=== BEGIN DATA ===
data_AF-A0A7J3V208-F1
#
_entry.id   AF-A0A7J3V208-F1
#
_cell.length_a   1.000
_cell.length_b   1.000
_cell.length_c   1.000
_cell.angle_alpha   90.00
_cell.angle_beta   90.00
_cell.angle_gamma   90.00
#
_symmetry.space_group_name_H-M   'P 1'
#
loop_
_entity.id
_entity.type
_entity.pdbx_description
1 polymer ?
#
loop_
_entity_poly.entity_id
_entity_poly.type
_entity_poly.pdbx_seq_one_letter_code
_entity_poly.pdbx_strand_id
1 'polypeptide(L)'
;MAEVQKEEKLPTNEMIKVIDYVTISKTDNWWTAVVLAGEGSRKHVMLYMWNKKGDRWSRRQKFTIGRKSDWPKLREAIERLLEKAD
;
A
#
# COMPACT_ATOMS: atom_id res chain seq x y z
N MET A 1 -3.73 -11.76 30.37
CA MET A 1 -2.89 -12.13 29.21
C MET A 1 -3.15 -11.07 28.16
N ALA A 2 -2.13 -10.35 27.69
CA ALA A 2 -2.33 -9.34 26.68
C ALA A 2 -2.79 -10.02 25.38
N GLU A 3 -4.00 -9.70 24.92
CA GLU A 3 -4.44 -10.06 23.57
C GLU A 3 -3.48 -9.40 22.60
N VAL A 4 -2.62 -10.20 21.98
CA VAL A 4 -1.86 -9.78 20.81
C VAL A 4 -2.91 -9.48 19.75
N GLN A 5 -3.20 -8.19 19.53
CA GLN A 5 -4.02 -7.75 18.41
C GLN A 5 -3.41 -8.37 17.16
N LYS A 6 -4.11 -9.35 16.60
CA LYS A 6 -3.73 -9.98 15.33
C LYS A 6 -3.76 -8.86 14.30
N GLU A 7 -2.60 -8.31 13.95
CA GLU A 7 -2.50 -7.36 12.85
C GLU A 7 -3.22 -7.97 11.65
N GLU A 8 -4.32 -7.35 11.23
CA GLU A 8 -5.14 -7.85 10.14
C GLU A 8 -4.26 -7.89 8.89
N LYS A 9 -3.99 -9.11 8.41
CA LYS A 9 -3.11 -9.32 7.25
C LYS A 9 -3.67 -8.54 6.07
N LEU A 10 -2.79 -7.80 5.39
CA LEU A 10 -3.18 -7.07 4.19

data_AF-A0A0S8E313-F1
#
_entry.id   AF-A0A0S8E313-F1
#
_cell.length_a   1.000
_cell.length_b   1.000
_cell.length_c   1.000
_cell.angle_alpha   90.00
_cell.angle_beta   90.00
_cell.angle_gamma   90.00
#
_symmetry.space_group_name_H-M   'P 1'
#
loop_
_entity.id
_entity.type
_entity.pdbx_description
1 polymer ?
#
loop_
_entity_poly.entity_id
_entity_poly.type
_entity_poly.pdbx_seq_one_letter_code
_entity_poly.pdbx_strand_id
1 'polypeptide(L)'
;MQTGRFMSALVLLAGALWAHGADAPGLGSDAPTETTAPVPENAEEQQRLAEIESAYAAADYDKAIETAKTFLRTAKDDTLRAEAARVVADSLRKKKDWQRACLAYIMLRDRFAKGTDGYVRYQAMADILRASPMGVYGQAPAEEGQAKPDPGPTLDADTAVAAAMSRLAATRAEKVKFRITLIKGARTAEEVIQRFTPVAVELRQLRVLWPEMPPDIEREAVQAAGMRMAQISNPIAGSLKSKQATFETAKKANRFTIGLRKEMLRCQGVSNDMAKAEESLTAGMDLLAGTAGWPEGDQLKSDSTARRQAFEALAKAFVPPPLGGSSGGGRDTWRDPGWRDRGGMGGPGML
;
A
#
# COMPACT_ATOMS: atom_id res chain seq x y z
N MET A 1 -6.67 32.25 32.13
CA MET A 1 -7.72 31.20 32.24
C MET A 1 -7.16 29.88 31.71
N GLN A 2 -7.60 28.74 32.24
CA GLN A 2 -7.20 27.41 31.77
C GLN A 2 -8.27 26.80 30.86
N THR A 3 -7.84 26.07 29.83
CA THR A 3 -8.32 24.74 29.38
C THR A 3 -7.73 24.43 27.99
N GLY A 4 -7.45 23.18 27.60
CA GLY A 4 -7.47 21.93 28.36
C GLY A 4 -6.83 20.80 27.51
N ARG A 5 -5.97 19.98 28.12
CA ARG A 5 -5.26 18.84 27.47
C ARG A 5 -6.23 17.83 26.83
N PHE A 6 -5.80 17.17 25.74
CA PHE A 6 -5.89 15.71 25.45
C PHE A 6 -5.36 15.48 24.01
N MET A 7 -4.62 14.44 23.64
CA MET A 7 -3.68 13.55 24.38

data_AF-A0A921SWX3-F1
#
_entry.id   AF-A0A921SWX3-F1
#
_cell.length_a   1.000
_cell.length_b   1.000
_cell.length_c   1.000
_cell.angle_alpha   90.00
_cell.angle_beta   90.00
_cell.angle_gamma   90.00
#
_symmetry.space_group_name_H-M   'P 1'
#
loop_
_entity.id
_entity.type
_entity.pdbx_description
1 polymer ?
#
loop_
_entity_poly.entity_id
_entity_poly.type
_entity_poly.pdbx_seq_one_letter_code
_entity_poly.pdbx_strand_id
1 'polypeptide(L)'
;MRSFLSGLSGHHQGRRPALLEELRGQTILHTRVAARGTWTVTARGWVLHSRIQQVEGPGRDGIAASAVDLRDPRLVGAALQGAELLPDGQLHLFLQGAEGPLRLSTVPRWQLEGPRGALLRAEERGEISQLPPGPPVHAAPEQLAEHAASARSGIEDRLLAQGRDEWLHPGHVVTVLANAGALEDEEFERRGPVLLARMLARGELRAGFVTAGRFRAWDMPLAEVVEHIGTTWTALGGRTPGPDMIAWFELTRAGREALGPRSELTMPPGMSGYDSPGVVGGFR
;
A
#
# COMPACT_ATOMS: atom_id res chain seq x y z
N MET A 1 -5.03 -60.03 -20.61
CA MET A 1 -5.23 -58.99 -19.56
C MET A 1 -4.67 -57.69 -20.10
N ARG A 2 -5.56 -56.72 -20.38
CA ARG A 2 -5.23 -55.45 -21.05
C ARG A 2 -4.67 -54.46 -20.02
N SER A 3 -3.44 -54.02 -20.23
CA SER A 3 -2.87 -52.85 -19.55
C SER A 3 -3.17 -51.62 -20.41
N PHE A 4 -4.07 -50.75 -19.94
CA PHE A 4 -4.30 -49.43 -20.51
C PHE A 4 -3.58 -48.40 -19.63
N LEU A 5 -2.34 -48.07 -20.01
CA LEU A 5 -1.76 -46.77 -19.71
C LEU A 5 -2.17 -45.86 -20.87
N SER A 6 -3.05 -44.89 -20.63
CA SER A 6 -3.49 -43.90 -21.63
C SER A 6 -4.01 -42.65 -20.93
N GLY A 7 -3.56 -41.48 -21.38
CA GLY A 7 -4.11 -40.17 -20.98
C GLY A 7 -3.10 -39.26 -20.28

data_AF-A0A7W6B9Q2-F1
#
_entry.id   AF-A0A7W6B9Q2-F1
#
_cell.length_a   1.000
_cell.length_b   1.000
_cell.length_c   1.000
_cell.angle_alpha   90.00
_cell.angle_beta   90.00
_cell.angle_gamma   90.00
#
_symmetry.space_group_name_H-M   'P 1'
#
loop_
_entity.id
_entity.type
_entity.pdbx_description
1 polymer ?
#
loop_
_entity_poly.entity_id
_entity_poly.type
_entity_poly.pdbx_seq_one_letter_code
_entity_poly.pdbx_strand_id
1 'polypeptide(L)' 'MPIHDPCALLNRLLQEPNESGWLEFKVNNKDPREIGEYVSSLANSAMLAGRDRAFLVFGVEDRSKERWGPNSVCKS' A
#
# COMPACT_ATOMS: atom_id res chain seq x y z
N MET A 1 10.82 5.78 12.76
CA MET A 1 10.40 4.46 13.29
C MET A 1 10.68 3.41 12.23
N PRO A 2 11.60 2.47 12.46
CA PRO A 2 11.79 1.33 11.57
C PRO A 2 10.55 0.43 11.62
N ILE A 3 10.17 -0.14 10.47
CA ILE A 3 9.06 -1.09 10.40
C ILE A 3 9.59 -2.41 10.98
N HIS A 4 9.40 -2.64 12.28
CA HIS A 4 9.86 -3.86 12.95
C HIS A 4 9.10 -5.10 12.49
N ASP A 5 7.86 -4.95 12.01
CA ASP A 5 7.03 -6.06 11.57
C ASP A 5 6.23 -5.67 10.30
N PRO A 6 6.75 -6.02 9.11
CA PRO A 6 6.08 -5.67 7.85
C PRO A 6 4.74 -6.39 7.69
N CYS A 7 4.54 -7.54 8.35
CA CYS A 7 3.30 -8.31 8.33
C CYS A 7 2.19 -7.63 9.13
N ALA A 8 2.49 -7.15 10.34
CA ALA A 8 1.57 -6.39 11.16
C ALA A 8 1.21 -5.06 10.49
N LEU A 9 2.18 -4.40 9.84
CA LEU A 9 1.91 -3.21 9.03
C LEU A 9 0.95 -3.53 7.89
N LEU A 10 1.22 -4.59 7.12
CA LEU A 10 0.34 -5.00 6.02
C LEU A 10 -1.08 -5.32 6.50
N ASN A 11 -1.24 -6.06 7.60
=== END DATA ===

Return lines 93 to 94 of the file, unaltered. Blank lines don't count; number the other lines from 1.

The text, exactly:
N GLN A 2 -7.60 28.74 32.24
CA GLN A 2 -7.20 27.41 31.77